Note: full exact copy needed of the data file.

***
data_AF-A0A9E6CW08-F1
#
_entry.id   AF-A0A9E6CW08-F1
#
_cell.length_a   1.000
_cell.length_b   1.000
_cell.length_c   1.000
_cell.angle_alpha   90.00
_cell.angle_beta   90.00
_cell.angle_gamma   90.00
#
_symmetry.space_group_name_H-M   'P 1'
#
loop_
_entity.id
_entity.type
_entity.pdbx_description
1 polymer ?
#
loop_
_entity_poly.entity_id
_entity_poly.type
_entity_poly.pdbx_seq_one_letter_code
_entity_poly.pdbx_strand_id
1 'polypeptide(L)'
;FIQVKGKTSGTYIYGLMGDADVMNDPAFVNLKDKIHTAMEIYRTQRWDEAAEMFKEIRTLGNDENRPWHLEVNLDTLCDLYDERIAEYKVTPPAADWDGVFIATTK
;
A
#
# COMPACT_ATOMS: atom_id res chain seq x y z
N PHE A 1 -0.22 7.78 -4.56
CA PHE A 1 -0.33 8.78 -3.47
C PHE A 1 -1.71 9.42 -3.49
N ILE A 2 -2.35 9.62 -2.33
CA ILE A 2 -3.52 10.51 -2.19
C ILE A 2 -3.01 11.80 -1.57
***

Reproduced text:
data_AF-A0A9E6CW08-F1
#
_entry.id   AF-A0A9E6CW08-F1
#
_cell.length_a   1.000
_cell.length_b   1.000
_cell.length_c   1.000
_cell.angle_alpha   90.00
_cell.angle_beta   90.00
_cell.angle_gamma   90.00
#
_symmetry.space_group_name_H-M   'P 1'
#
loop_
_entity.id
_entity.type
_entity.pdbx_description
1 polymer ?
#
loop_
_entity_poly.entity_id
_entity_poly.type
_entity_poly.pdbx_seq_one_letter_code
_entity_poly.pdbx_strand_id
1 'polypeptide(L)'
;FIQVKGKTSGTYIYGLMGDADVMNDPAFVNLKDKIHTAMEIYRTQRWDEAAEMFKEIRTLGNDENRPWHLEVNLDTLCDLYDERIAEYKVTPPAADWDGVFIATTK
;
A
#
# COMPACT_ATOMS: atom_id res chain seq x y z
N PHE A 1 -0.22 7.78 -4.56
CA PHE A 1 -0.33 8.78 -3.47
C PHE A 1 -1.71 9.42 -3.49
N ILE A 2 -2.35 9.62 -2.33
CA ILE A 2 -3.52 10.51 -2.19
C ILE A 2 -3.01 11.80 -1.57